On May 24, 2001, the CIA’s Equal Employment Office denied Sterling’s case. After Sterling filed a civil lawsuit against the CIA, the agency officially terminated him on January 31, 2002. New York Times reporter James Risen interviewed Sterling and published an article regarding his termination from the CIA.
Concerned about his involvement in the potential advancement of the Iranian nuclear program, Sterling met with the Senate Select Intelligence Committee (SSIC) in March 2003 to blow the whistle on a reckless CIA program codenamed Operation Merlin. A month later, Risen prepared to write an article exposing the mistakes made during Operation Merlin when then-National Security Advisor Condoleezza Rice convinced New York Times senior officials to kill Risen’s story. Unable to publish his article about Operation Merlin in The New York Times, Risen began writing a book.
Published in January 2006, Risen wrote “State of War: The Secret History of the CIA and the Bush Administration” against the wishes of the CIA and The New York Times. According to his book, a CIA official sent an email to an Iranian agent in 2004 accidentally including data exposing nearly every CIA asset in Iran. The Iranian spy who received the data was a double agent who turned the information over to Iranian security officials. Many CIA assets in Iran were arrested, interrogated, and never seen again.
Determined to prove Sterling had been Risen’s source for the book even though much of the information addressed events that happened after his termination from the CIA, the Justice Department began investigating both Risen and Sterling. Risen was subpoenaed in 2008, but he fought against it until the subpoena expired in 2009. The following year, the Obama administration renewed the subpoena ordering Risen to break his journalistic integrity and reveal his sources. Risen refused.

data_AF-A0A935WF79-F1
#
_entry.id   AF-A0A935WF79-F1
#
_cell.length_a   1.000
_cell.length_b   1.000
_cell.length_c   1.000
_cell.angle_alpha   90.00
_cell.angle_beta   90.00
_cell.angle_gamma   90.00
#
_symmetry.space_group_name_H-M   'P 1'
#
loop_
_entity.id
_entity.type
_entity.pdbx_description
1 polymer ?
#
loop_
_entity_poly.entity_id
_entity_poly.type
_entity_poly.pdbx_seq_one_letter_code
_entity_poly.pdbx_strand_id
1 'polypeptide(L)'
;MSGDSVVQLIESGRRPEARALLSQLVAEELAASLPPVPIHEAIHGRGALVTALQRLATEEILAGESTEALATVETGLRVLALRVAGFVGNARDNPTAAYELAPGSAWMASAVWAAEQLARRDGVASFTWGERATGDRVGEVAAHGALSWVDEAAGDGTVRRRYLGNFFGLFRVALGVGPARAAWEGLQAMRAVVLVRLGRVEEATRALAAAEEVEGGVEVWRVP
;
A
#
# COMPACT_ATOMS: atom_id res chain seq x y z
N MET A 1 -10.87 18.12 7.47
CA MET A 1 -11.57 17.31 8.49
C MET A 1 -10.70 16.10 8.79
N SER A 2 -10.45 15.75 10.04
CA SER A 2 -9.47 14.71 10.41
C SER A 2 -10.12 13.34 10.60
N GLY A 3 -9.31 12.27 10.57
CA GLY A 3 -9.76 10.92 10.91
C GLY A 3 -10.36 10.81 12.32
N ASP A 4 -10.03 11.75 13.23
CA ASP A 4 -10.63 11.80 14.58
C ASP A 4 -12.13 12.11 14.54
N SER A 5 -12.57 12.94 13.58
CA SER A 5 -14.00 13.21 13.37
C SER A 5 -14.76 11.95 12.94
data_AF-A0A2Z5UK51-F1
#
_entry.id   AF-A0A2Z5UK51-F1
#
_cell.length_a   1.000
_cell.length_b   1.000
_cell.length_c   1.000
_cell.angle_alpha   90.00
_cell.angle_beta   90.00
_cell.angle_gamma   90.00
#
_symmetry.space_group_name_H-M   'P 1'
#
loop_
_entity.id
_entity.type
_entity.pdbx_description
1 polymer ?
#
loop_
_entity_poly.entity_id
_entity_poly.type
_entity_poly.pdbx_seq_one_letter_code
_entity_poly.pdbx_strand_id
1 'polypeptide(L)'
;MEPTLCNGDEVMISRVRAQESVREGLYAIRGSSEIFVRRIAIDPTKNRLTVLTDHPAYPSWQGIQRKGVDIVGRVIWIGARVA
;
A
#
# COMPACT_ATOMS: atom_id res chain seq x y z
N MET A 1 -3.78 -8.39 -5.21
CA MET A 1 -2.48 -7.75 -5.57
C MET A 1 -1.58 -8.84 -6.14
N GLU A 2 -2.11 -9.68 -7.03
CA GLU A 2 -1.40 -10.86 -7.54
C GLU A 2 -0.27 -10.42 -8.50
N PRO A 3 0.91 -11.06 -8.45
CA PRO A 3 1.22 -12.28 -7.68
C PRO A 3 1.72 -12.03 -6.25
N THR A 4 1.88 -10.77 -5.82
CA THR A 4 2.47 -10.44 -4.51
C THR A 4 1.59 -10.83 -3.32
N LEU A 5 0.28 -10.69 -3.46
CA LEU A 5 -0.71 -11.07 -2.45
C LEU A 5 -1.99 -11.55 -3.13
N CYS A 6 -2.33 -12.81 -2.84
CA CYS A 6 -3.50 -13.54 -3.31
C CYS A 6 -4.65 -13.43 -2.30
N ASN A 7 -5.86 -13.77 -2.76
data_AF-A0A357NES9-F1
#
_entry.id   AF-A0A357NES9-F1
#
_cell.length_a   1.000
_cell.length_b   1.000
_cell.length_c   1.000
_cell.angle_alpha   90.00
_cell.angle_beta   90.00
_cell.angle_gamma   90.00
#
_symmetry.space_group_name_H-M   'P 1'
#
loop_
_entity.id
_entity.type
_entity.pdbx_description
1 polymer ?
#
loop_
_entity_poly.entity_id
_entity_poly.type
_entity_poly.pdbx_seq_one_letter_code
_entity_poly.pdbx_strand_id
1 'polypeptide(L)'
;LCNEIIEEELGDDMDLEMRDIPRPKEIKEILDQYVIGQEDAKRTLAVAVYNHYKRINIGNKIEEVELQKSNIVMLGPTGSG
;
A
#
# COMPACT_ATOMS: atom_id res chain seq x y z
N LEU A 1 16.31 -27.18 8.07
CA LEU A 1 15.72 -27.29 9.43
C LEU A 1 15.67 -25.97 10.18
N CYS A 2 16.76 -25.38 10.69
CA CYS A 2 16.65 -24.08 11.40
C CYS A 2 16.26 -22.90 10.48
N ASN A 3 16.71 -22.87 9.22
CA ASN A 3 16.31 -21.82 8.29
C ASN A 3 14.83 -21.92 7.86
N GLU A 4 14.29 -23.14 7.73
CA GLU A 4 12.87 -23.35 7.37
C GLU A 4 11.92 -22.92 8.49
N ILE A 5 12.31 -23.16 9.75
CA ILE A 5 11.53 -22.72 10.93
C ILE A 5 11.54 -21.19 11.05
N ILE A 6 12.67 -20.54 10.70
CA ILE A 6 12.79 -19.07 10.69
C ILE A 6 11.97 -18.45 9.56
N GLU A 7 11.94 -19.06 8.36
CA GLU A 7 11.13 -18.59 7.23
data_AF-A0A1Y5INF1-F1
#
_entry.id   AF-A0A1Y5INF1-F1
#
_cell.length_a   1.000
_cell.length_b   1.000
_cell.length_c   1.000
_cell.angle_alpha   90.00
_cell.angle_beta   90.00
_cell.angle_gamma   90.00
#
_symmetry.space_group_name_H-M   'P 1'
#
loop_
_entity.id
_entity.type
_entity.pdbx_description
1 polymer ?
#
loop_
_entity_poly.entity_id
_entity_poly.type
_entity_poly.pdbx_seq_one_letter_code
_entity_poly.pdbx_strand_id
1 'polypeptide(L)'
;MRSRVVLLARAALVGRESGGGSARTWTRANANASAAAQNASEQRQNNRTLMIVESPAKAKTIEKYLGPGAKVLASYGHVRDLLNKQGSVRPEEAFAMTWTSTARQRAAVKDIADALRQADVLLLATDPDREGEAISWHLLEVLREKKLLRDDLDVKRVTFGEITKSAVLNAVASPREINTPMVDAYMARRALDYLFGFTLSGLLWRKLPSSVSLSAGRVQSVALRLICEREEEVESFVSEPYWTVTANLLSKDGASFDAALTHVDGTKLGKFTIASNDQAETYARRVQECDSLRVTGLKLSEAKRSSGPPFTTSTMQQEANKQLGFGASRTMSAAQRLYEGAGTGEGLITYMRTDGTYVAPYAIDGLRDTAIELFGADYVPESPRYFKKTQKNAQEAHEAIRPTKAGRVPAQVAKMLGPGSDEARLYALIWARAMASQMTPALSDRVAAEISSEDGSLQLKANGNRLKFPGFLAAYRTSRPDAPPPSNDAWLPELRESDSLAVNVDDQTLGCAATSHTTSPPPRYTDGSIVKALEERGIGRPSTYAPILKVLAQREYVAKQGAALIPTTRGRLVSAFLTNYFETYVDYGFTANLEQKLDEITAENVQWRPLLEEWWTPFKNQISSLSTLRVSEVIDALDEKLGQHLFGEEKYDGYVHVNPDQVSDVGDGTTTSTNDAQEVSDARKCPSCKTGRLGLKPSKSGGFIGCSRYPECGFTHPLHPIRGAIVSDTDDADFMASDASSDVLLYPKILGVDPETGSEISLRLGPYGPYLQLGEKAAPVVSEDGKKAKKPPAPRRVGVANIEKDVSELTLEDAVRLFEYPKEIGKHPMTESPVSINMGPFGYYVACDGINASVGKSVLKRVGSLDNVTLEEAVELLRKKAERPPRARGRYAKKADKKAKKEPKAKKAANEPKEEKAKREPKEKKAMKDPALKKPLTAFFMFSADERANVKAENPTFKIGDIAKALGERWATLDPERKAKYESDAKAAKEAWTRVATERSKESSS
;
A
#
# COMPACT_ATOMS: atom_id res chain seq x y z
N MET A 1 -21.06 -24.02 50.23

On January 6, 2011, Sterling was arrested for illegally disclosing national defense information and obstructing justice. According to the indictment, Sterling had communicated with Risen and revealed classified documents to the investigative journalist. Sterling was also charged with obstruction for deleting an email that he had sent to Risen.
In July 2013, the U.S. Court of Appeals ruled that Risen must testify in Sterling’s trial. Less than a year later, the Supreme Court rejected Risen’s appeal to protect his sources. In a vain attempt to secure his stained legacy, Attorney General Eric Holder announced last year that the Justice Department would not prosecute Risen for refusing to reveal his sources.
After a Kafkaesque trial involving anonymous CIA agents testifying behind seven-foot-high gray partitions, Sterling was convicted on Monday of six counts of unauthorized disclosure of national defense information, and one count each of unlawful retention of national defense information, unauthorized conveyance of government property, and obstruction of justice. Although Sterling’s attorneys demonstrated that at least 90 other CIA officials and numerous SSIC staffers could have given the information to Risen, Sterling was convicted without any evidence of recorded phone conversations or captured email exchanges between him and the reporter.
Watch the video report below to find out more about the nefarious activities that brave whistleblowers like Sterling, including people like Ralph McGehee, Phil Agee and other former CIA officers and agents have helped to expose…